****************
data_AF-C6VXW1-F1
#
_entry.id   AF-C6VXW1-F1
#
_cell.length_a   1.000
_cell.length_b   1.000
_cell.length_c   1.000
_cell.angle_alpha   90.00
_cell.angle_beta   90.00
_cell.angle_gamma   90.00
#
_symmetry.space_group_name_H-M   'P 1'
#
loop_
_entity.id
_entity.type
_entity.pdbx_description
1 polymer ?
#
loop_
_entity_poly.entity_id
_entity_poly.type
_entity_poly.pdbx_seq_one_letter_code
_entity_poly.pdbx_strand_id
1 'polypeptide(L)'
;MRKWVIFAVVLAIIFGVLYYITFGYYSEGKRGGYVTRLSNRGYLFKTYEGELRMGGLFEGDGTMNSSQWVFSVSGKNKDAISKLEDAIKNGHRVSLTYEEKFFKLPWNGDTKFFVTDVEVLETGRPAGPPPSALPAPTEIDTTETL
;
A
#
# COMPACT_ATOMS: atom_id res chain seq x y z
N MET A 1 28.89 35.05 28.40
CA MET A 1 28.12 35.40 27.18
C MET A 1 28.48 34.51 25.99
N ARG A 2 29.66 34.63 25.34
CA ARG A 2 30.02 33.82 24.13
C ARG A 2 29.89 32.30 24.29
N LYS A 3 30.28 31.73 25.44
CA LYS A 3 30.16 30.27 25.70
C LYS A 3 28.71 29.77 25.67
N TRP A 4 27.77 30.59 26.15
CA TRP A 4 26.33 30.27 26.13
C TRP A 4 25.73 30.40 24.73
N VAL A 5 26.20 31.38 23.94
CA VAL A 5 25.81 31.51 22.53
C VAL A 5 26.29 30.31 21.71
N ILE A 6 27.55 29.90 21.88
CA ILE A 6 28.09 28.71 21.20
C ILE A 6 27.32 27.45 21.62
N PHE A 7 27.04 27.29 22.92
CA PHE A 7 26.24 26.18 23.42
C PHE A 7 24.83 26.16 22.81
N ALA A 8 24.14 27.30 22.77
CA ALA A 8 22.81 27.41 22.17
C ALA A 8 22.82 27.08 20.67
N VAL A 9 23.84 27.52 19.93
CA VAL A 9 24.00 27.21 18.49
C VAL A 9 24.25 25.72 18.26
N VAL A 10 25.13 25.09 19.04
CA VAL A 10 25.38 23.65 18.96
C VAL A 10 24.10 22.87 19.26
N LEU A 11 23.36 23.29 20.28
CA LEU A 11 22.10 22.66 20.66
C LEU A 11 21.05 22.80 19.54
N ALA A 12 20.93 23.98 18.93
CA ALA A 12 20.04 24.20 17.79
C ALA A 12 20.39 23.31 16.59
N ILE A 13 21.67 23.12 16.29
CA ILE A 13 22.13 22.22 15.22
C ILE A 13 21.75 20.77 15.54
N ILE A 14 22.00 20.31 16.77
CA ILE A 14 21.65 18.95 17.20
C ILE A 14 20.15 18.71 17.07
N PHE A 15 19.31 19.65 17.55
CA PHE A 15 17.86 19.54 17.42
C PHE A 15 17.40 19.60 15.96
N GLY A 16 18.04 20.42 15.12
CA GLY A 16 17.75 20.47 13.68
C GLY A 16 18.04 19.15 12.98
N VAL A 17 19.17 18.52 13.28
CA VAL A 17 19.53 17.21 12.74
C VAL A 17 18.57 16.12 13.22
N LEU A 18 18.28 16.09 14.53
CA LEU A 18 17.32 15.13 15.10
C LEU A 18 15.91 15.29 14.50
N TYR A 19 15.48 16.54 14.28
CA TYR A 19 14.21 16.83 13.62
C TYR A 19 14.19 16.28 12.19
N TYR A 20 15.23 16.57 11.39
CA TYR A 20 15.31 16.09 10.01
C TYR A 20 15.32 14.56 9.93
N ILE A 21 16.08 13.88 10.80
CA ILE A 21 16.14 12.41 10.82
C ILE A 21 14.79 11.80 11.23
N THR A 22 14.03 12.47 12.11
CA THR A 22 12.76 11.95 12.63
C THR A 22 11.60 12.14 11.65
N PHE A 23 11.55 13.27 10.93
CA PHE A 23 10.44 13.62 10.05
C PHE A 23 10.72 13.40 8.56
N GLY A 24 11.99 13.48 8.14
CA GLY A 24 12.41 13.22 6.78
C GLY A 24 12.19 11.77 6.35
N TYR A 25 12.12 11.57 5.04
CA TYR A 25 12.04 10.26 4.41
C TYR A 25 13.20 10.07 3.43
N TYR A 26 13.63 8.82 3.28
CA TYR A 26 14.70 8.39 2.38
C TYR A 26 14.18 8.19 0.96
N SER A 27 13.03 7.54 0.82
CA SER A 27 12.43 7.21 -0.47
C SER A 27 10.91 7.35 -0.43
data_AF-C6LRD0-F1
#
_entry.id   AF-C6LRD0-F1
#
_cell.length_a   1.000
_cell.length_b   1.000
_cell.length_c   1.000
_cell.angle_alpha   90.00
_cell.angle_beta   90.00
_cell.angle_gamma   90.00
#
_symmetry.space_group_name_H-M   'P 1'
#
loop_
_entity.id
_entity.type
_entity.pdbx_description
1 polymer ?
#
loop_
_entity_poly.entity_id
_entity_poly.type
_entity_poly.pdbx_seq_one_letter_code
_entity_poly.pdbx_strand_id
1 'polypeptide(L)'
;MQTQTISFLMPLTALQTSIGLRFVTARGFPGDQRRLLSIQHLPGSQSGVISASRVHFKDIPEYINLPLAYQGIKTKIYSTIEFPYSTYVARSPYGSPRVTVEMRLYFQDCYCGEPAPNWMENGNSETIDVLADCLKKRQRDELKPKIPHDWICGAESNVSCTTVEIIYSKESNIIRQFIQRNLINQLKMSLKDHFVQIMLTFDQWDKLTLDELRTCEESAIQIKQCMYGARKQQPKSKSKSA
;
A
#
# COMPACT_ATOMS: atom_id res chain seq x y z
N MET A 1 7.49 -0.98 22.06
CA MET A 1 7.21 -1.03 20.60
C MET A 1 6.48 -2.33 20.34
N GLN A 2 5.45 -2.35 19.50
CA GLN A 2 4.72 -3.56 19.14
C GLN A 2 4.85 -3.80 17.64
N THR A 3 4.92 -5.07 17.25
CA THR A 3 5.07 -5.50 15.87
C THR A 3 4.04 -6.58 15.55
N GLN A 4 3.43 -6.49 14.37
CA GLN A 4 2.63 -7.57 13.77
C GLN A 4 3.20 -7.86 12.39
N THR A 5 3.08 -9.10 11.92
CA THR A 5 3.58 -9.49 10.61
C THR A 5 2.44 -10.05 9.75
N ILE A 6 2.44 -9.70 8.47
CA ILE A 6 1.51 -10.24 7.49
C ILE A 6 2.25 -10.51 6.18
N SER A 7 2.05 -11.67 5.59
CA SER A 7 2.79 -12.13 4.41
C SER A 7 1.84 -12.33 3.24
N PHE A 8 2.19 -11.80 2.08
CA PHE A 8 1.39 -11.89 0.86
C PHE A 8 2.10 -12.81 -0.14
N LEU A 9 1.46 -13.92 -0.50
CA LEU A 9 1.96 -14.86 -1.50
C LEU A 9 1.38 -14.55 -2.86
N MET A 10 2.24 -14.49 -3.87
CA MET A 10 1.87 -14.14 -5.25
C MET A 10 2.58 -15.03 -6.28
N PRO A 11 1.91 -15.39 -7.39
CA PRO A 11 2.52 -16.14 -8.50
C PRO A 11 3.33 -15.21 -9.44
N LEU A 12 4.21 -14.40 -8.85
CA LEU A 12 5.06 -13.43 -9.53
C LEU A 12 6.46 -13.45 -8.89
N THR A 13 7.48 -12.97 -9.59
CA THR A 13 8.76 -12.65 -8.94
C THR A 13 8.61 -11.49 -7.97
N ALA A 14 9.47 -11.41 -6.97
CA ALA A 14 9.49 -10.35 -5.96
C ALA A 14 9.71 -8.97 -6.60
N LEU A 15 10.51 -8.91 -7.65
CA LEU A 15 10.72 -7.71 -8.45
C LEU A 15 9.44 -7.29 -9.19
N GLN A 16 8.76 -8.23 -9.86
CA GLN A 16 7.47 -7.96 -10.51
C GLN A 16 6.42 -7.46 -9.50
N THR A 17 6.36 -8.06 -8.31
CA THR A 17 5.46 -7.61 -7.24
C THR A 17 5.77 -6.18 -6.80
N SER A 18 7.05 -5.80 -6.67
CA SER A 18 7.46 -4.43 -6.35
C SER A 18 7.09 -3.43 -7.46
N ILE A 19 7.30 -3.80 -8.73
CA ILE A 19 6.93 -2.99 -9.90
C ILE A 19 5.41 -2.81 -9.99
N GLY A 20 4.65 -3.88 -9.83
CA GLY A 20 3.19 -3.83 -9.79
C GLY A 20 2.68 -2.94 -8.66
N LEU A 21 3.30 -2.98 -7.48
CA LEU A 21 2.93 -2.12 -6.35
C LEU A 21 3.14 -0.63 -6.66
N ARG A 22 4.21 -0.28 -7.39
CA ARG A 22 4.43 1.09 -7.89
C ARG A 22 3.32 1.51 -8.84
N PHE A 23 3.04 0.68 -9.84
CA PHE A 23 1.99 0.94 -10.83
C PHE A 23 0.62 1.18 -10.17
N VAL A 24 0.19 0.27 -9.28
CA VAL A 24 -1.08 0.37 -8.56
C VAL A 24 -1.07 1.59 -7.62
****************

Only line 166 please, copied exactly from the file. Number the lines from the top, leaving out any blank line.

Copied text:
N LEU A 9 1.46 -13.92 -0.50